People often say, “Everything happens for a reason,” or “When one door closes another opens,” or “It wasn’t meant to be,” or some other version of the same idea. I wonder if that‘s all really true, or if humans say things like that as a coping mechanism to make ourselves feel better when bad things happen or in response to failure and rejection. Does everything really happen for a reason, or are some things just random? When you get turned down for a job or for a date, is it really not meant to be, or did that happen because someone else made a choice? When people make a choice that is different from what you want them to make, which results in not getting what you want, do you say that it wasn’t meant to be as a way to cope with the disappointment? Do humans try to convince themselves of something that may not be true?
One of the things that running has taught me is that we have control over some things, but not all things. We have control over whether or not we lace up our shoes and run out the door, and we have control over how many miles we run before we get back to the door. We have control, albeit sometimes just slight, to go with a runner next to us in a race when he or she picks up the pace. We have control over our training to become a better runner. But we don’t have control over many illnesses or injuries that take running away from us. We don’t have control over the limit of our running performance that depends on our DNA.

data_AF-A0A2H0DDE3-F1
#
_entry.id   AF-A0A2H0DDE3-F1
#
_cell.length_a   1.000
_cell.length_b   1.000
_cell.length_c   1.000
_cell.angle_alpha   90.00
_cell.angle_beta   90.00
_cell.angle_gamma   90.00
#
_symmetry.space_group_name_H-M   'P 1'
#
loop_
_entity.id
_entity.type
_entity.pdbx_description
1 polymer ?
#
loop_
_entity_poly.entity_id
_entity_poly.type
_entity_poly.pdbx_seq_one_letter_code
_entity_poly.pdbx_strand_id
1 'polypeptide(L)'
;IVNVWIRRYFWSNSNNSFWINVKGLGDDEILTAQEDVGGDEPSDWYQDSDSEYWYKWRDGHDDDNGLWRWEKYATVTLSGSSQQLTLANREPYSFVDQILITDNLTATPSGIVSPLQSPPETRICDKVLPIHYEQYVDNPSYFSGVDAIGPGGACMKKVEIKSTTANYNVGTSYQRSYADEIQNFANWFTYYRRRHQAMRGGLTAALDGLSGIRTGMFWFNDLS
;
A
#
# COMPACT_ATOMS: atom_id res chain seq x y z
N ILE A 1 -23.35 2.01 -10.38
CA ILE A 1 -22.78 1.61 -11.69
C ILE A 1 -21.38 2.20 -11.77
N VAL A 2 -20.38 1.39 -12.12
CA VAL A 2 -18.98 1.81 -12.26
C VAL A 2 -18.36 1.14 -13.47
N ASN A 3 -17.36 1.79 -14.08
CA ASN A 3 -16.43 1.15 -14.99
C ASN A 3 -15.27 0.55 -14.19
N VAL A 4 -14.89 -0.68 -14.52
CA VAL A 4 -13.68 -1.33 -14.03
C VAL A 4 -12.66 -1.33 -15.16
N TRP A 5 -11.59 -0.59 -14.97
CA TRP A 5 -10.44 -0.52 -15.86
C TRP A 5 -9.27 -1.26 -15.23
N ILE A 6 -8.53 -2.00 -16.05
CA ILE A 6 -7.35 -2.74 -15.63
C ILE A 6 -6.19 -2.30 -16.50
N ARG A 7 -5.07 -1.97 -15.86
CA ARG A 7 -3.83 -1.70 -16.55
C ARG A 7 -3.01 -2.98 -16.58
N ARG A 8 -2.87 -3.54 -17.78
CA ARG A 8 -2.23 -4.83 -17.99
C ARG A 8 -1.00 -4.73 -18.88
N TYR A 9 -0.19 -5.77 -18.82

When we lose our ability to run out the door because of illness or injury, it’s easy to feel helpless and vulnerable and even scared. Because the fitness and vibrancy that running gives us is taken away.
When something happens that prevents me from running, even for one day that wasn’t planned as a rest day, that identity is taken away. I get antsy, irritable, guilty and, yes, I even feel fat and out of shape. When what’s preventing me from running is health related, I feel vulnerable, scared, weak. I feel like the illness has taken away all of my power and vibrancy. It may sound silly and irrational, but I feel like something is wrong with my life if I can’t run. Things just don’t feel right. I’m not the same person. And everything else suffers.
In my next book, The Inner Runner that I’m writing now, I talk about how you don’t become a runner and then run. You run and run and run and then begin to understand what it means to be a runner. Part of being a runner is being able to let go of the things you can’t control and focus on what you can. The truth is that we don’t really know if something is meant to be or not. There is no way for us to know. But running has a way of centering us, of keeping us focused, of getting down to the bottom of what really matters.
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